Author: Simone Webb Category: Historical Philosophy, Philosophy of Sex and Gender, Social and Political Philosophy, Ethics, Philosophy of Education Word Count: 978 Mary Wollstonecraft (1759-1797) is established in the popular imagination as the “first feminist,” but another philosopher provided a systematic analysis of women’s subjugated condition and a call for female education nearly a century before … Continue reading Mary Astell’s “A Serious Proposal to the Ladies” (1694)
Author: Nicholaos Jones Category: Historical Philosophy, Metaphysics, Buddhist Philosophy Word Count: 991 Abhidharma is a scholastic tradition of Buddhism, arising in India during the 3rd century BCE, directed toward systematizing discourses written during the first few centuries of Buddhism. Those early discourses tend to analyze the objects of our experience – physical things and mental events … Continue reading Dharma in Abhidharma Buddhism
Author: Marc Bobro Category: Historical Philosophy, Metaphysics, Philosophy of Religion Word count: 997 Imagine that your bicycle keeps dropping its chain. Annoyed, you take it to a bike shop to determine the cause in order to fix the problem. The mechanic informs you that the problem cannot be fixed because there is no reason why … Continue reading Leibniz’s Principle of Sufficient Reason
Author: Justin Remhof Categories: Phenomenology and Existentialism; Philosophy of Religion; Ethics; Historical Philosophy Word Count: 985 Nietzsche is perhaps most famous for making the striking claim that God is dead. He writes, “God is dead! God remains dead! And we have killed him!” (GS 125). What does this mean? Straightforwardly, it seems nonsensical. God is supposed to be eternal, … Continue reading Nietzsche and the Death of God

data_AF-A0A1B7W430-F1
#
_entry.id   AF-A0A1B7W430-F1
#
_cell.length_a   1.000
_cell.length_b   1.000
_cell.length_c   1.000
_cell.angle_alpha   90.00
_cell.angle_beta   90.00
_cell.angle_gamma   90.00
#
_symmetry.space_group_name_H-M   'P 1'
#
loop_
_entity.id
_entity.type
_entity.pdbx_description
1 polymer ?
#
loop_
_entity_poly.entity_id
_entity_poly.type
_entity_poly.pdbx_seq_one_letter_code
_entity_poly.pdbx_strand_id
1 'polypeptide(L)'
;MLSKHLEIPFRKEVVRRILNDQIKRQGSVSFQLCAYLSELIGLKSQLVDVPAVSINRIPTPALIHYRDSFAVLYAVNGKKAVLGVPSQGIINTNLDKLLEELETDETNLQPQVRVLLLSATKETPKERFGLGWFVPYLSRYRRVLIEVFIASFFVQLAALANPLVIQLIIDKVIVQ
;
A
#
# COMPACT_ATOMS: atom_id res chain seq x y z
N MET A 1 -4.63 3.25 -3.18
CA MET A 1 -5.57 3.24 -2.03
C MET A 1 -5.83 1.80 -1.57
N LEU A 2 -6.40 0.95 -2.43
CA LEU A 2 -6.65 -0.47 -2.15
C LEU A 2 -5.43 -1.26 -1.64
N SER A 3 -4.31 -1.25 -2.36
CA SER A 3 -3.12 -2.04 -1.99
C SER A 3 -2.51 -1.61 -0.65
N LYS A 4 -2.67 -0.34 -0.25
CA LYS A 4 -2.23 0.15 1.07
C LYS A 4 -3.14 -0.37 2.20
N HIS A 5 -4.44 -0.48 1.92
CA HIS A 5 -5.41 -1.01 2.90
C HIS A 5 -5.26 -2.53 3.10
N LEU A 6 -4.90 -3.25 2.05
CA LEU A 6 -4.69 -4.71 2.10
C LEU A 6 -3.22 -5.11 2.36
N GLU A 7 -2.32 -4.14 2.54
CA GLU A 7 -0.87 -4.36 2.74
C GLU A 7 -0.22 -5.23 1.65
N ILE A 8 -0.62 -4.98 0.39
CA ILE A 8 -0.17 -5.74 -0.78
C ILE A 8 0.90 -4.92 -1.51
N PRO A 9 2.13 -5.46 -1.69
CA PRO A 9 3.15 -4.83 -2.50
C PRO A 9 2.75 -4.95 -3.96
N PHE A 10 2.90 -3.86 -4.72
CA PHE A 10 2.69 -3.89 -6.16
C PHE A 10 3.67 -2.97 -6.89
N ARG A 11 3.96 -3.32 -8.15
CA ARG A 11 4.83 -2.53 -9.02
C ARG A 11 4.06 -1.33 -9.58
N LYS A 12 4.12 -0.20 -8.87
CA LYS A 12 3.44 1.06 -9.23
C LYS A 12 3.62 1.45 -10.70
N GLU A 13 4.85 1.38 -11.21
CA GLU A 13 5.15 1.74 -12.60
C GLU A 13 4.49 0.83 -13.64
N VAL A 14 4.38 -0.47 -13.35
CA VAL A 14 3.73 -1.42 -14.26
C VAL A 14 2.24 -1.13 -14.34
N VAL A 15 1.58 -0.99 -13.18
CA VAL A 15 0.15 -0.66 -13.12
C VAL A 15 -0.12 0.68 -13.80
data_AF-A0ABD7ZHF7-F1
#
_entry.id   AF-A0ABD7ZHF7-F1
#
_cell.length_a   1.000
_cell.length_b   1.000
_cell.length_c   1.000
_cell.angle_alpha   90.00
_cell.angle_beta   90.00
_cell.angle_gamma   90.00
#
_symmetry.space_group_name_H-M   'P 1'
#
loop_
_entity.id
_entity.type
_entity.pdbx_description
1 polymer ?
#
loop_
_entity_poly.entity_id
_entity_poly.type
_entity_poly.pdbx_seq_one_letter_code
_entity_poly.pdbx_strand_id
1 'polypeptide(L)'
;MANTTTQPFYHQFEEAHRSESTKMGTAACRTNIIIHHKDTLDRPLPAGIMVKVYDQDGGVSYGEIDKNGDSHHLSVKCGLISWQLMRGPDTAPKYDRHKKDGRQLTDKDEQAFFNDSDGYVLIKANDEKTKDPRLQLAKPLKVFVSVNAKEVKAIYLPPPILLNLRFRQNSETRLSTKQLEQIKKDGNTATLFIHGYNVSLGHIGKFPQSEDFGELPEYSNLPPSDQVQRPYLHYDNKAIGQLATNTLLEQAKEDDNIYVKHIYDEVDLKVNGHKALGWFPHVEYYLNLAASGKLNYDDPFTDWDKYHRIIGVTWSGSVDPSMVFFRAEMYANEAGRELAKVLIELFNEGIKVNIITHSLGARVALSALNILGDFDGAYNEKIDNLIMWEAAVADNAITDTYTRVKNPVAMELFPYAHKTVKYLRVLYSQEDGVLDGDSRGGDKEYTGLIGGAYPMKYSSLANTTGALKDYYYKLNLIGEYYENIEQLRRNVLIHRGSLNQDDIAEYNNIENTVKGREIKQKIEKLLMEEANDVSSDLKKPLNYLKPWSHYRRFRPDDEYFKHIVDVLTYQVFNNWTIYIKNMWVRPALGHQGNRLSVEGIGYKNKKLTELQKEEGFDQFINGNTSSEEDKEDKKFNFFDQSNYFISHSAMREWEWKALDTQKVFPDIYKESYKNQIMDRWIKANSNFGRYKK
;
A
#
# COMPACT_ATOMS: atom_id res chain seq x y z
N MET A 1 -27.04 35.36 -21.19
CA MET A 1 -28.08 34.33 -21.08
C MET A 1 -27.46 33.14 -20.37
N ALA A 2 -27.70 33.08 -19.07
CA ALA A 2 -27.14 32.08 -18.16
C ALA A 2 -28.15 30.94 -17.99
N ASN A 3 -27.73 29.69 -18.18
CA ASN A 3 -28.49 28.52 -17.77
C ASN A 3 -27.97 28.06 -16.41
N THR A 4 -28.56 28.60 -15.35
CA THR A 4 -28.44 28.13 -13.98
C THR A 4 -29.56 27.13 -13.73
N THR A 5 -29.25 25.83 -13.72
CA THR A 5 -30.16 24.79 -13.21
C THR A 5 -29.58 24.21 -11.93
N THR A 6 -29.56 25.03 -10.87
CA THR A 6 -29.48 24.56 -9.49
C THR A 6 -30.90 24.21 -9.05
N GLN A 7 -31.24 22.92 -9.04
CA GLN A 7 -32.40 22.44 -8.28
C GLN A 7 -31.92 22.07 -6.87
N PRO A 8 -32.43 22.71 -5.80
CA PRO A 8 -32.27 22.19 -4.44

Author: Ryan Jenkins Category: Historical Philosophy, Metaphysics, Ethics Word Count: 938 You have often heard it said that the Form of the Good is the greatest thing to learn about, and that it is by their relation to it that just things and [other virtuous things] become useful and beneficial (Republic, 505a). Plato’s Republic is a wide-ranging tract, admired for … Continue reading Plato’s Form of the Good
The general idea of alienation is simple: Something is alienating when what is (or should be) familiar and connected comes to seem foreign or disconnected. So if work in a capitalist society inhibits the realization of our species-being, then work is to that extent alienating.
Author: Addison Ellis Category: Historical Philosophy, Epistemology Word Count: 1000 Editor’s Note: This essay is the second of three in a series authored by Addison on the topic of philosophical idealism. Part 1 on Berkeley's Subjective Idealism can be read here. In the 18th Century, what has become known as the empiricist picture of knowledge took the mind to have … Continue reading Idealism Pt. 2: Kant’s Transcendental Idealism